The signal mass of low and high nPs Ca2+ sparklets was measured at −70 mV and physiological -40 mV using 2 mM external Ca2+ (Figure 4) . The median signal mass of low and high nPs, persistent Ca2+ sparklets at −70 mV was 63 and 189 fC, respectively (Figure 4A and C). As expected for an LTCC, membrane depolarization increased the signal mass of Ca2+ sparklets. At -40 mV, the median signal mass of low and high nPs Ca2+ sparklets was 292 and 452 fC, respectively (Figure 4B and C). These signal mass values could be used to provide an indication of the potential impact of low and high activity Ca2+ sparklets on global [Ca2+]i using the following equation:
where ΔQCa is the change in calcium influx (in coulombs, C; as determined by the signal mass analysis), F is the Faraday constant, V is the accessible cytosolic volume, and B is the buffering capacity of the cell. Assuming that smooth muscle cells have an accessible cytosolic volume of 0.9 pl and a buffering capacity of 80, we determined that at −70 mV median low and high nPs Ca2+ sparklets could increase [Ca2+]i by as much as 5 and 14 nm, respectively . As expected, membrane depolarization increases Ca2+ sparklet activity [7, 10, 15]. At −40 mV, median low and high nPs sites could increase global [Ca2+]i by as much as 21 and 38 nm, respectively . Because the driving force for Ca2+ entry decreases with depolarization, this voltage-induced increase in Ca2+ entry is likely to be due to an increase in the activity of LTCCs. These data indicate that Ca2+ influx via low activity and persistent Ca2+ sparklets is voltage dependent and could influence local and global [Ca2+]i at physiological -40 mV and 2 mM external Ca2+.
Do Ca2+ sparklets contribute to global [Ca2+]i at hyperpolarized membrane potentials (i.e. -70 mV)? Because low nPs Ca2+ sparklets are rare, the probability of coincidental activation of independent events is low . Thus, it is reasonable to predict that infrequent, random, non-overlapping Ca2+ sparklets with a signal mass similar to that of the mode (100 pC) or median of the distribution would have a small (< 5 nM) impact on global [Ca2+]i at -70 mV. However, because the signal mass of persistent Ca2+ sparklets at this potential is larger than that of low nPs events, the predicted impact of these events on global [Ca2+]i is potentially larger than the typical low nPs sparklet. Persistent Ca2+ sparklets with a signal mass similar to that of the mode (100 pC) or median of the distribution could have a relatively small (< 14 nM) impact on global [Ca2+]i at -70 mV.
To provide further support to this conclusion, we modeled the effects of LTCC inhibition on global Ca2+ measured in a cell loaded with Fluo-5F using epifluorescence or TIRF microscopy (Figure 5). As above, the model assumes 1 persistent Ca2+ sparklet contributing to a steady-state increase in [Ca2+]i of 14 nM Ca2+ (median signal mass) to [Ca2+]i at -70 mV . In the model, noise was simulated assuming a Gaussian distribution using experimentally determined values from arterial myocytes loaded with Fluo-5F and imaged in TIRF or epifluorescence mode using an 60× (1.45 NA) lens and an EMCCD camera. As expected, the standard deviation of the basal fluorescence signal was larger in epifluorescence (24 nM) than in TIRF (6 nM) imaging, due to the thicker optical section in epifluorescence than in TIRF mode. We generated all-points histograms from [Ca2+]i records undergoing a decrease of 14 nM [Ca2+]i in epifluorescence (Figure 5A) and TIRF mode (Figure 5B). Note that both histograms could be fitted with single Gaussian function, suggesting that a change in [Ca2+]i of <14 nM cannot be distinguished from baseline using Fluo-5F and epifluorescence or TIRF microscopy. These findings are consistent with the observation by McCarron et al.  that application of 1 μM nisoldipine did not change global [Ca2+]i in colonic smooth muscle at -70 mV. Importantly, these findings indicate that due to the relatively low frequency of persistent Ca2+ sparklets at hyperpolarized potentials, epifluorescence imaging cannot be used to determine their contribution to global [Ca2+]i.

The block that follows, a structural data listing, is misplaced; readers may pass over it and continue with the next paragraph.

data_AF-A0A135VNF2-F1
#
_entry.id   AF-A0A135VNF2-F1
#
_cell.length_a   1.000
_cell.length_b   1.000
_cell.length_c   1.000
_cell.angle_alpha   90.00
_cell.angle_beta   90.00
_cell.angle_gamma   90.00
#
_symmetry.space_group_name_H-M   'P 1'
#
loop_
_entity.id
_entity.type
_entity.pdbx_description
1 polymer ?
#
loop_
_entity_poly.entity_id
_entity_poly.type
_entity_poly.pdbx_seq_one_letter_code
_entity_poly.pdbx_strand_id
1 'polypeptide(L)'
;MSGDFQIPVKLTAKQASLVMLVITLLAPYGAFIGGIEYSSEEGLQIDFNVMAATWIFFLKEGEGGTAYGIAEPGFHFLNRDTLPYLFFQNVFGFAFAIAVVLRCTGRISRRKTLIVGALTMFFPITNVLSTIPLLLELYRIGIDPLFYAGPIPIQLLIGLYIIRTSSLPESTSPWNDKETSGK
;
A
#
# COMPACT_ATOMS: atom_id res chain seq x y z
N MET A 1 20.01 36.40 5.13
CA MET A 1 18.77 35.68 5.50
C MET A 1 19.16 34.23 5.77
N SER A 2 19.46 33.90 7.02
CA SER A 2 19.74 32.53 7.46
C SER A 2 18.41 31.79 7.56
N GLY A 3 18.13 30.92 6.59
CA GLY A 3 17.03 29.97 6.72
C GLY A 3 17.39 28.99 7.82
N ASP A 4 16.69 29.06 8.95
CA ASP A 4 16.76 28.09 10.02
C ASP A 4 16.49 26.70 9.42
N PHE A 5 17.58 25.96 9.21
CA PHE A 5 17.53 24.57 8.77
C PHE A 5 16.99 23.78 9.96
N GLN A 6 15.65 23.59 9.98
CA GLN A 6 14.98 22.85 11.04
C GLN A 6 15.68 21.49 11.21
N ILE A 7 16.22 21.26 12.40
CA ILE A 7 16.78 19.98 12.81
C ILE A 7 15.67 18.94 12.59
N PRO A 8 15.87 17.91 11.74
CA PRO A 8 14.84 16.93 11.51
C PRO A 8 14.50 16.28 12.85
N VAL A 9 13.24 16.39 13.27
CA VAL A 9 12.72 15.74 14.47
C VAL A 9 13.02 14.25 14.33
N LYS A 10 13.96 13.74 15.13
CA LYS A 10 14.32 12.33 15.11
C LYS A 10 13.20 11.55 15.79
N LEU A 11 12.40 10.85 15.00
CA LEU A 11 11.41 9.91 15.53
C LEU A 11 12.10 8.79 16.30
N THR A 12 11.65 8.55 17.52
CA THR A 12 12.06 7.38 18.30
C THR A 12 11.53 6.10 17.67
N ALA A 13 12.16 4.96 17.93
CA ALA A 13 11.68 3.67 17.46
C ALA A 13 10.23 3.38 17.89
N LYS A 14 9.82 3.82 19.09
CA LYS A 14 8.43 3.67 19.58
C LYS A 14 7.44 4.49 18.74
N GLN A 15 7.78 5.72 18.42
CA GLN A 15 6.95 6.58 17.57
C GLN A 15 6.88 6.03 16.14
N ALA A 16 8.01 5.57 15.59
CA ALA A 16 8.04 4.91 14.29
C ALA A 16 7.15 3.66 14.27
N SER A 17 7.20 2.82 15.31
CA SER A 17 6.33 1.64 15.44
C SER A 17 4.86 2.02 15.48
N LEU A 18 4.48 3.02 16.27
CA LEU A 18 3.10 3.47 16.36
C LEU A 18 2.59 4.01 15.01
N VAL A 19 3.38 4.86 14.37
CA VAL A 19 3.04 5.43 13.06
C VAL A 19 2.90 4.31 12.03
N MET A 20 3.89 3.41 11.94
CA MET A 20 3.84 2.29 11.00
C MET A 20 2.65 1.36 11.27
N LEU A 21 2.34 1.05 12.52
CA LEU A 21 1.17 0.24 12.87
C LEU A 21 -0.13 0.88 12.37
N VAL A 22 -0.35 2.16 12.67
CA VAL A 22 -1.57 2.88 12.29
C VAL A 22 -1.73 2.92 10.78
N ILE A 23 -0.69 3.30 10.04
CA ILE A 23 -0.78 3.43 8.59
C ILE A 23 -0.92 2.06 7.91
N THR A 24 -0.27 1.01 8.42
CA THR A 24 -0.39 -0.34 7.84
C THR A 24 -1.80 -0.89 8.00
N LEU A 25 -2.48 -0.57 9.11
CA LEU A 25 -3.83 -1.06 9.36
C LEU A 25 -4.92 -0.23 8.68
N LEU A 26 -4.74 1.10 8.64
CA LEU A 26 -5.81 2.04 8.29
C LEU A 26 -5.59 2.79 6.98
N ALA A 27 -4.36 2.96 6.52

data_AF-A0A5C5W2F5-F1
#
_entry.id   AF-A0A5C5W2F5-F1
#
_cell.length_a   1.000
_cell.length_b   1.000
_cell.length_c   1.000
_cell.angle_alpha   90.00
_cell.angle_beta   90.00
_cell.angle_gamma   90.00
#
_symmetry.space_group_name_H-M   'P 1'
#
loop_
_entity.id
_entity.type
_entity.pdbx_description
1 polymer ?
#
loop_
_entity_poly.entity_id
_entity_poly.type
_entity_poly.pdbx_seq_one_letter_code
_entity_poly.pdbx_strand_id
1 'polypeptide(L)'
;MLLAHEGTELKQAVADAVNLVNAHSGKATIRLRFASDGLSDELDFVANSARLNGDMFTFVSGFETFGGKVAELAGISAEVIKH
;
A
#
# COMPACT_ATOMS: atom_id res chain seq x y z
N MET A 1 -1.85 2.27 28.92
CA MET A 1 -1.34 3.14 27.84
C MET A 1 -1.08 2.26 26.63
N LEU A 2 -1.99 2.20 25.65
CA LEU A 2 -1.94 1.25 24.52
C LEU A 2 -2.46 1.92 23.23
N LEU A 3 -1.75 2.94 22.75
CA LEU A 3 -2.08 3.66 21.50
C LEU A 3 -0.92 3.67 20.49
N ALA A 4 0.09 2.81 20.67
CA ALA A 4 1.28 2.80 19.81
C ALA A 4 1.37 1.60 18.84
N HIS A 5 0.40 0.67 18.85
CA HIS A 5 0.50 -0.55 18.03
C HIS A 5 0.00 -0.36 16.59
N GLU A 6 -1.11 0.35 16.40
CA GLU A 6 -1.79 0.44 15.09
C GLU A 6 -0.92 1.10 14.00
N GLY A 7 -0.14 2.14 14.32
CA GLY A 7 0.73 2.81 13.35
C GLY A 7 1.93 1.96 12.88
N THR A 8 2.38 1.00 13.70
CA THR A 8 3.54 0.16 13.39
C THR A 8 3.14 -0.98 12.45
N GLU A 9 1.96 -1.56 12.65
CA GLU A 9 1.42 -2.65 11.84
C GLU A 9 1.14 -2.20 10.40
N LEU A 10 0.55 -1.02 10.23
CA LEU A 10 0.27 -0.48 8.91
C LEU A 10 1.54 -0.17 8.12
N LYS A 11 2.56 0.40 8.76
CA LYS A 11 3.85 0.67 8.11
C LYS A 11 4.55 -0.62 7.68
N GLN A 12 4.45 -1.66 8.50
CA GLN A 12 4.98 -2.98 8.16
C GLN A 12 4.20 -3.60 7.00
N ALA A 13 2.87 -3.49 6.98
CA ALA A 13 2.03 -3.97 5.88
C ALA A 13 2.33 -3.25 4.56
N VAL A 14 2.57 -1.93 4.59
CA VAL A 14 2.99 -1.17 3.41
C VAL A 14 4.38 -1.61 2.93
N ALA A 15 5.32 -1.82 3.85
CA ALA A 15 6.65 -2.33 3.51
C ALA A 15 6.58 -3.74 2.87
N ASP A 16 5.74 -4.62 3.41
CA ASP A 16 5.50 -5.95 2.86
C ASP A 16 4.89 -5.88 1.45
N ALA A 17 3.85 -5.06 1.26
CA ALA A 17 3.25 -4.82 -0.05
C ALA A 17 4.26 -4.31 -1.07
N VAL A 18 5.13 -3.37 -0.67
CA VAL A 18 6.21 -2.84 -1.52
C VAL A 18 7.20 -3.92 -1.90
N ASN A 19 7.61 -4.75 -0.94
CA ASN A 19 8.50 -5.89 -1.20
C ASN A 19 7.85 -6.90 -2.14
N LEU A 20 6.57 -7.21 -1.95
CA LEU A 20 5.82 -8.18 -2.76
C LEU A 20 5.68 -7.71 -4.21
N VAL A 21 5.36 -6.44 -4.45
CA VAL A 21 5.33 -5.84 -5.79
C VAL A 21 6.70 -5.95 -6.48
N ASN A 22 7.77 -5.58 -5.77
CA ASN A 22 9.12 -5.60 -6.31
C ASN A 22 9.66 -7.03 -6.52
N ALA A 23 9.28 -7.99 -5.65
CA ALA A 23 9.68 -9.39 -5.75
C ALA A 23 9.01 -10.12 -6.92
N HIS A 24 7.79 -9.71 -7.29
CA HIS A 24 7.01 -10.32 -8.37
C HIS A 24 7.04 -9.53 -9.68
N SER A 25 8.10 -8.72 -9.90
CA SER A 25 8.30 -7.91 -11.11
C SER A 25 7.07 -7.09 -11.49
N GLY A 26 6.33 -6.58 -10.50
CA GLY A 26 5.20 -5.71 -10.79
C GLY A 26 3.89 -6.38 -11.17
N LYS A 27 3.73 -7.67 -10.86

As noted above, we demonstrated that depolarization from -70 to -40 mV increases the signal mass of low activity and persistent Ca2+ sparklets due to an increase in Ca2+ sparklet activity . This brings up the following question: What is the relative contribution of low and high nPs sites to global [Ca2+]i in smooth muscle at the physiological membrane potential of -40 mV? Answering this question is difficult due to the absence of specific blockers of low activity and persistent Ca2+ sparklets. Two recent studies in AKAP150  and PKCα null  myocytes provide insights on this issue.
Loss of AKAP150 and PKCα expression eliminated persistent but not low activity Ca2+ sparklets. Indeed, we found that the dihydropyridine-sensitive component of steady-state L-type Ca2+ current and the global [Ca2+]i at -40 mV was ≈50% lower in cells lacking AKAP150 or PKCα expression. On the basis of these findings and the signal mass data above, we proposed that at the membrane potential of -40 mV and with 2 mM external Ca2+, persistent Ca2+ sparklets (i.e. AKAP150 and PKCα-dependent events) contribute ≈50% of the dihydropyridine-sensitive component of Ca2+ influx and could therefore be involved in the activation of myosin light chain kinase during excitation-contraction coupling in smooth muscle.